Last month, Ford announced that it was making its largest investment ever in electric vehicles. On Monday, it was Tesla and Hertz staking a claim on the EV growth chart. On Tuesday, General Motors (GM) created its own EV buzz by announcing that it plans to build 42,000 electric vehicle charging stations in the U.S. and Canada.
When the automaker’s $750 million Dealer Community Charging Program begins in 2022, it will be a cooperative effort between the company and its dealers -- one with a bit of a twist. Instead of trying to capture larger markets where good EV infrastructure already exists -- like Vermont and California -- the company and its dealers will work together to broaden access to charging in rural and urban areas where EV charging access is limited -- like Kentucky and Louisiana.
GM also plans to set the stations up at places where there’s some built-in density of potential EV users. That includes workplaces, multi-unit dwellings, sports and entertainment venues, and colleges and universities.
All for one, one for all
The automaker plans to partner with other EV charging networks to make its charging stations available to all EV customers, not just those who purchase an electric GM model. Officials say this will help simplify the charging experience by allowing drivers to find and use stations that they can pay for through the GM EV app.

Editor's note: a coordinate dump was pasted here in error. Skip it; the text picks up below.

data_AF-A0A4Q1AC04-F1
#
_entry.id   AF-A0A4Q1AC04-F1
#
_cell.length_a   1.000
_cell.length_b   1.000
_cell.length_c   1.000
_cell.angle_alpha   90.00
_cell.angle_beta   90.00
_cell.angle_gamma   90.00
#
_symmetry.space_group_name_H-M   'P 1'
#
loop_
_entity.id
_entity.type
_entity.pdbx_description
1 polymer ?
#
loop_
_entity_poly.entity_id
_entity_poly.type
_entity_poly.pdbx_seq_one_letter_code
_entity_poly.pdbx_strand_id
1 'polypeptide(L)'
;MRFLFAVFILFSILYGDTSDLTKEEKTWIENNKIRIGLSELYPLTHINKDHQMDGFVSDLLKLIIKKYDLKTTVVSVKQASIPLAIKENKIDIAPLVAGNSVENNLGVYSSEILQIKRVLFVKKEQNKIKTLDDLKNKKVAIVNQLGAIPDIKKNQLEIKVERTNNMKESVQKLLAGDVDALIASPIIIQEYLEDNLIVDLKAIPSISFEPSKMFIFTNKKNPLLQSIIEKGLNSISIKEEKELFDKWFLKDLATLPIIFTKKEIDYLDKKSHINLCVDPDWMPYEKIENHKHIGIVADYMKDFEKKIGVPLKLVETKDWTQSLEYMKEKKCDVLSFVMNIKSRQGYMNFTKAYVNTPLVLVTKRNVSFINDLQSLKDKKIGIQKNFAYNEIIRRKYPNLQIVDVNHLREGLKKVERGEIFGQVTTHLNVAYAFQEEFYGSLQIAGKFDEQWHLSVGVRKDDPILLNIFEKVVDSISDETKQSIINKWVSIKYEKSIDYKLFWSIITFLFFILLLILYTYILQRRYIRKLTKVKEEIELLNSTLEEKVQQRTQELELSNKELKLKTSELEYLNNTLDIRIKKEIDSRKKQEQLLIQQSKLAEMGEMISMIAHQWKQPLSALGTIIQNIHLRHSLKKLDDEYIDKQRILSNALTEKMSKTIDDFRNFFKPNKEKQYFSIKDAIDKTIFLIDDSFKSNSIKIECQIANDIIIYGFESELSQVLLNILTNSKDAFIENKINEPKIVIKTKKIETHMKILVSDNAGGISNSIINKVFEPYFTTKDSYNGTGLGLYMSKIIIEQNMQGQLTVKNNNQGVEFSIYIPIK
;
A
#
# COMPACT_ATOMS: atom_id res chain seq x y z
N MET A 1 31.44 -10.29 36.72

Dovetailing the breadth of its own network with other charging networks will allow consumers to access nearly 85,000 charging spots throughout the U.S. and Canada. As of February 2021, there were around 97,600 charging outlets and 40,600 charging stations across the U.S.
"We want to give customers the right tools and access to charging where and when they need it, while working with our dealer network to accelerate the expansion of accessible charging throughout the U.S. and Canada, including in underserved, rural and urban areas," said GM President Mark Reuss.